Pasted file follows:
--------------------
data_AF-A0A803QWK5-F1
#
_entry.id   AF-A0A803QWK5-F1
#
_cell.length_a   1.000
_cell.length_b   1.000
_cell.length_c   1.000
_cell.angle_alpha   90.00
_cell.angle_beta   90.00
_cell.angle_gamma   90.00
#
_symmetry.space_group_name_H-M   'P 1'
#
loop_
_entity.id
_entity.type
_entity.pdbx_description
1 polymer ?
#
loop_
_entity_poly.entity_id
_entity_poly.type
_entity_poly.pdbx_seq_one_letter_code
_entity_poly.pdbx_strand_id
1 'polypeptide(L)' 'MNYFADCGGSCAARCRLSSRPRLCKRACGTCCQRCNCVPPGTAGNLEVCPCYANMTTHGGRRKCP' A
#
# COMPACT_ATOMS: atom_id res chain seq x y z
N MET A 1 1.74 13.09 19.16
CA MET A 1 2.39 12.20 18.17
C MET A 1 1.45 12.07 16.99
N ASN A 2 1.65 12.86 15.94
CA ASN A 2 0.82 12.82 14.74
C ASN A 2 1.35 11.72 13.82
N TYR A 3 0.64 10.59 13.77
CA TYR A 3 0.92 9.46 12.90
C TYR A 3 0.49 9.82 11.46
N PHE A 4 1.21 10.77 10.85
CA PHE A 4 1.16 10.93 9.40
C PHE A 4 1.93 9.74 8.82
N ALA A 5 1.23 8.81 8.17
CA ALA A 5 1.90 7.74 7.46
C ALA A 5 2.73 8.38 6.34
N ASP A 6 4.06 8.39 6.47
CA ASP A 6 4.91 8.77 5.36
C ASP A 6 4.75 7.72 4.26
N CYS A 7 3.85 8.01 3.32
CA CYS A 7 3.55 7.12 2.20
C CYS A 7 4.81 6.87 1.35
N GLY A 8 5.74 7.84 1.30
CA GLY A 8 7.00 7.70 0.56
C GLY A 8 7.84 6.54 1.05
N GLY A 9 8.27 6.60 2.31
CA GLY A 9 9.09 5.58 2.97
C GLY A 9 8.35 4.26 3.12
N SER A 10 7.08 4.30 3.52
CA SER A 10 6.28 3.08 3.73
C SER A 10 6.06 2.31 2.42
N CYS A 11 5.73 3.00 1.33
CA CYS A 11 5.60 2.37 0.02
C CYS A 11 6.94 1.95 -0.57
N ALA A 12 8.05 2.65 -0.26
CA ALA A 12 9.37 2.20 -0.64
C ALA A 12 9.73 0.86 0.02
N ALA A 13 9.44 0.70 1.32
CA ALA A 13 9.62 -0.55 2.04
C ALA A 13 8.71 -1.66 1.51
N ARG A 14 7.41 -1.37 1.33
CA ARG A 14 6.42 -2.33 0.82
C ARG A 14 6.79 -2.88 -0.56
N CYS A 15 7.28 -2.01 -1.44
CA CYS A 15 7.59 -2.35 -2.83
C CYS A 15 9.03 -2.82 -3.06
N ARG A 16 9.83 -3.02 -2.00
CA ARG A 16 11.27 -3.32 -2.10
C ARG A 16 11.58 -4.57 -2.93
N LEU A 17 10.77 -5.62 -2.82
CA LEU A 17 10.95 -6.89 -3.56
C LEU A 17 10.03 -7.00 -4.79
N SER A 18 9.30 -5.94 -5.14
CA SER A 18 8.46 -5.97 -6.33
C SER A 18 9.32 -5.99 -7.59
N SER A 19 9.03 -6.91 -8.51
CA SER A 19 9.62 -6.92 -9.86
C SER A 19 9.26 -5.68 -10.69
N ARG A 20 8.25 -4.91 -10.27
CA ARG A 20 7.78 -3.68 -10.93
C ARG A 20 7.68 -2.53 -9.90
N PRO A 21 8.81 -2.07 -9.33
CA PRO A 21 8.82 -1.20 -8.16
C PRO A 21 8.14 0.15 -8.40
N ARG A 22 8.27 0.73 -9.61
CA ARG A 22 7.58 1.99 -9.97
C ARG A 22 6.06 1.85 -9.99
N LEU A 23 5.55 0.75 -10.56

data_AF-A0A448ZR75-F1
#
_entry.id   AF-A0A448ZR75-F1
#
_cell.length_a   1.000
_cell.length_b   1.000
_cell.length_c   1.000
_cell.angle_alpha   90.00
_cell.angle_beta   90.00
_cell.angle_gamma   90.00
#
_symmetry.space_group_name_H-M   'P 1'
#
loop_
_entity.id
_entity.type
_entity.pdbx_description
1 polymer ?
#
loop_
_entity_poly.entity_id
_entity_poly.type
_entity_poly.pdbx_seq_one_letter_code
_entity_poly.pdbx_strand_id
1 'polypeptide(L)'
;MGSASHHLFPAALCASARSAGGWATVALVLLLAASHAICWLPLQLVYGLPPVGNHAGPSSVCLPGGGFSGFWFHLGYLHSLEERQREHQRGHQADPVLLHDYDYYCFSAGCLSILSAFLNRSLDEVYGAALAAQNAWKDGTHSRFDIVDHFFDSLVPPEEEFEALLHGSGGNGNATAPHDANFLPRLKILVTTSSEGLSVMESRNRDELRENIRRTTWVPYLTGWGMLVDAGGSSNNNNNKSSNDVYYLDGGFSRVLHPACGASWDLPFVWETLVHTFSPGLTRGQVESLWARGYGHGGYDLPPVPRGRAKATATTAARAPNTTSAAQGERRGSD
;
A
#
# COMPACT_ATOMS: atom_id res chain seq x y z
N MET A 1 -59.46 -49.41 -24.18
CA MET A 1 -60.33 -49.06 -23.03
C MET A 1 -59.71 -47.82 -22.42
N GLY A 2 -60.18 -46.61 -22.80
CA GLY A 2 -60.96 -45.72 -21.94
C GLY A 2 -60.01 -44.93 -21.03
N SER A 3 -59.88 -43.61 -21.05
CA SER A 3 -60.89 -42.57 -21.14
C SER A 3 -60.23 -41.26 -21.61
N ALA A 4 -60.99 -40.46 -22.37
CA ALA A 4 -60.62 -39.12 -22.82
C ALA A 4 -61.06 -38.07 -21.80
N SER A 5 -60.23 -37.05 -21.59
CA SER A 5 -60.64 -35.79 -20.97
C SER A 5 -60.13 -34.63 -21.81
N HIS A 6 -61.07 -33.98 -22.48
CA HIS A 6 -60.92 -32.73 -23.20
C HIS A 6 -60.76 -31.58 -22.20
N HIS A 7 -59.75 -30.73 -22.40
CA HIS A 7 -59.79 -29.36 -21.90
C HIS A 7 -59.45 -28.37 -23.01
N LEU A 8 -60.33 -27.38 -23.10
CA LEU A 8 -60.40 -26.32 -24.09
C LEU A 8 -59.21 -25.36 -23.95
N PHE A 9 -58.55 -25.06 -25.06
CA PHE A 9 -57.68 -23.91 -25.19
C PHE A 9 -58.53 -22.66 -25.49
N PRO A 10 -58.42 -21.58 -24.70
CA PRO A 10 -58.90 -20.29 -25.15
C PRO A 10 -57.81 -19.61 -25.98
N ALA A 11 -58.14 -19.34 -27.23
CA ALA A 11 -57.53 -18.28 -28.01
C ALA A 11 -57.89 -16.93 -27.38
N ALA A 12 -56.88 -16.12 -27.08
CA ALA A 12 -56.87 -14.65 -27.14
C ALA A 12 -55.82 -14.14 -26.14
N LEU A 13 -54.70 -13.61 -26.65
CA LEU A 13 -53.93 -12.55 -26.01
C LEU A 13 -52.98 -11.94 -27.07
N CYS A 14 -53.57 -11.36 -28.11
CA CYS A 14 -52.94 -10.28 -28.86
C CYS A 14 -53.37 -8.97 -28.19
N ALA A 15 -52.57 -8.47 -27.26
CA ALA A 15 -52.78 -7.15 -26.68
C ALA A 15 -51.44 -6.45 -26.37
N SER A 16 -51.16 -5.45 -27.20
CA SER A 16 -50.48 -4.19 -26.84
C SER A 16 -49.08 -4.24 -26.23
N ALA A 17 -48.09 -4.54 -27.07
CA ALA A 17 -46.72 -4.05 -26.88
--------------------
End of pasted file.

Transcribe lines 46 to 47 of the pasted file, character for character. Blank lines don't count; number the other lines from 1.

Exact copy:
N CYS A 7 3.85 8.01 3.32
CA CYS A 7 3.55 7.12 2.20